• Wed
  • Sep 3, 2014
  • Updated: 9:08am

New flight path to Hong Kong to save time, cut emissions

PUBLISHED : Saturday, 03 October, 2009, 12:00am
UPDATED : Saturday, 03 October, 2009, 12:00am

About eight million passengers flying to Hong Kong each year will save up to 14 minutes on their journey time thanks to the rerouting of a northern flight path this month.

The new air path, in effect from October 22, will help about 150 flights - from the mainland, Europe, Southeast Asia and the Middle East - to cut up to 210 kilometres off their trips, a total saving of more than 10 million kilometres per year.

The Civil Aviation Department said it could not state the amount of aviation fuel that would be saved with the new route. Nor could it predict whether the savings would lead to a reduction in the fuel surcharge - a levy imposed on air passengers that has just gone up by 3 per cent.

'The ultimate saving in fuel consumption is determined by the type of carrier, its fuel efficiency, mileage, the number of passengers on board and weather conditions,' the department's acting assistant director general, Simon Li Tin-chui, said.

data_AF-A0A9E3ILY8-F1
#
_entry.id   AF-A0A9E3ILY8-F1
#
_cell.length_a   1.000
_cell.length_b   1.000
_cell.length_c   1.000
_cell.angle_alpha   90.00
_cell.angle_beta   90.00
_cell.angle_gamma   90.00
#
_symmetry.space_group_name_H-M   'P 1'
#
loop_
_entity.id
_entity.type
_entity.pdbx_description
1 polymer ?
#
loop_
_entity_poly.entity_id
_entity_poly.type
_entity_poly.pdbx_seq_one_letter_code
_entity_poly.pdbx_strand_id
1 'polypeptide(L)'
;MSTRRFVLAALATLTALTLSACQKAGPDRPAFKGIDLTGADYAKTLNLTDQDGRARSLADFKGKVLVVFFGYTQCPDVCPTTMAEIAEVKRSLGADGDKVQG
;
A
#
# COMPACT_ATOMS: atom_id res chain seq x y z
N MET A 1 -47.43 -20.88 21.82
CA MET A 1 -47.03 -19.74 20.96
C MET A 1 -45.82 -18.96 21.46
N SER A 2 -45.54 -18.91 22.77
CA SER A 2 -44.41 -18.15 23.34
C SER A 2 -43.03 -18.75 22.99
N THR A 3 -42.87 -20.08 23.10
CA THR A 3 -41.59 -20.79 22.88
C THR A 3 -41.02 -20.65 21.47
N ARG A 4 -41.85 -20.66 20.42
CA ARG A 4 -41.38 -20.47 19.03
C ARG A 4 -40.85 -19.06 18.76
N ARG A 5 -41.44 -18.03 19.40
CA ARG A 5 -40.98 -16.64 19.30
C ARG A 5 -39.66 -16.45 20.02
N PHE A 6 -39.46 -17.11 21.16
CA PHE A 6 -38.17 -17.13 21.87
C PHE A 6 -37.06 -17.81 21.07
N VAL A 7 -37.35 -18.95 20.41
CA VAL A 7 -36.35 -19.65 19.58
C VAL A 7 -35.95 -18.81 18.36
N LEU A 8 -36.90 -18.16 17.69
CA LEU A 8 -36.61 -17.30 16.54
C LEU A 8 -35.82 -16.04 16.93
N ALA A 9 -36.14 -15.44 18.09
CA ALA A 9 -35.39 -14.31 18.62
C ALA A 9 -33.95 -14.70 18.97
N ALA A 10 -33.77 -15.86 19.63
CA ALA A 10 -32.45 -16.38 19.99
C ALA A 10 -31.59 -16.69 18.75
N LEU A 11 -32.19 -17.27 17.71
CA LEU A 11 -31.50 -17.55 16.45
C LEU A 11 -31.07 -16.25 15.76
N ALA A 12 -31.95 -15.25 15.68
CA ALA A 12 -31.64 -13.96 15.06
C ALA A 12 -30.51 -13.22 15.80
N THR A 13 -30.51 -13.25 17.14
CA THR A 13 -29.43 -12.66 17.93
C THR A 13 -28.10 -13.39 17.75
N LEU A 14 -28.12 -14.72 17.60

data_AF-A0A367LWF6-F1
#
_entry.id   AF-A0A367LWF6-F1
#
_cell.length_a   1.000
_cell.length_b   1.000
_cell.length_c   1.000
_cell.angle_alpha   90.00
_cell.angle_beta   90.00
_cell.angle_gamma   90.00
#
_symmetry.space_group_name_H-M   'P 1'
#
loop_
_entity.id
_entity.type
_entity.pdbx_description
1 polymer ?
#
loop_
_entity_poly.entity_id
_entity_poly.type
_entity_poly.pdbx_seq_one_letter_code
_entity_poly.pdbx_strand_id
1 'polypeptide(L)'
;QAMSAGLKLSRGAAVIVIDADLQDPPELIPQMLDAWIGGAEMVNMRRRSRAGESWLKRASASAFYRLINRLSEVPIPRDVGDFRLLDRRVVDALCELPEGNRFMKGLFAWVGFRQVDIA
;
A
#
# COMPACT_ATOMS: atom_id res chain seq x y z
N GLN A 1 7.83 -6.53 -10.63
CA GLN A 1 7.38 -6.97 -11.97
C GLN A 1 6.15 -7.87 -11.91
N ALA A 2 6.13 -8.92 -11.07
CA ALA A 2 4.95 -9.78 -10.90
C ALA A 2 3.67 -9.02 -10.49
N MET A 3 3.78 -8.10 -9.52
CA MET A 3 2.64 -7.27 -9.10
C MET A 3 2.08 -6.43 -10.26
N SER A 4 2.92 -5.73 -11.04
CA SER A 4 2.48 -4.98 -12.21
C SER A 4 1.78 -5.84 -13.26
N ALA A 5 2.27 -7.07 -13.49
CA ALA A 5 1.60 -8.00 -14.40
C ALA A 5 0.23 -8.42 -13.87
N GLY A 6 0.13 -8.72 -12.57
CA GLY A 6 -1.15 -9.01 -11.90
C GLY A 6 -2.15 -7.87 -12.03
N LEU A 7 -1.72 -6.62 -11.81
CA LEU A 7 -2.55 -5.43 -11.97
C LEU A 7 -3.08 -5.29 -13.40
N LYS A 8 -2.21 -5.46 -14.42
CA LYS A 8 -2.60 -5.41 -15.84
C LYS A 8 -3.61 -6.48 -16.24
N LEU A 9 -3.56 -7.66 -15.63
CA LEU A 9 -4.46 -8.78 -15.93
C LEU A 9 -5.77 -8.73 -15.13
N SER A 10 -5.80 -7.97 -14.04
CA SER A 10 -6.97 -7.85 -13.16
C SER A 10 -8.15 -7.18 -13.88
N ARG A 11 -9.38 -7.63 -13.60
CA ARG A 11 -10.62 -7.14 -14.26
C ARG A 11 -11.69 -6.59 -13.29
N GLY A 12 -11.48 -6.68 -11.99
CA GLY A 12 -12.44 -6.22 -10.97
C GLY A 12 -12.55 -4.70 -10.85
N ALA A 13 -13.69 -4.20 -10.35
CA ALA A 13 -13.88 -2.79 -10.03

If all 150 of the incoming flights were Airbus 330s, up to 10,000 tonnes of fuel could be saved in a year, and emissions of carbon dioxide would be reduced by a maximum of 30,000 tonnes.

Airlines will submit applications for levy adjustments by the end of this month, after the department shortens the review period from every two months to every month. Li said the department would consider airlines' fuel consumption and imported fuel prices in calculating the levy.

The rerouting is made possible by the latest development in satellite navigation technology. It is part of a package of measures designed to increase Chek Lap Kok airport's runway capacity from the current 57 flights an hour to 68 by 2015.

The department said more rerouting would be introduced eventually for inbound flights from the east and southeast - including Taiwan, Japan, North America and Australia.

But Hong Kong has lagged behind the United States and Europe for many years in deploying the technology at civilian airports.

Explaining Hong Kong's delay, Li said authorities wanted to wait until many carriers could take advantage of the changes. 'We hope every flight will be able to fly the new route, not just a few out of 100.'

Carriers must be equipped with the right global positioning systems to receive the satellite signals, and officials need time to make adjustments in air traffic monitoring procedures and retrain their staff.

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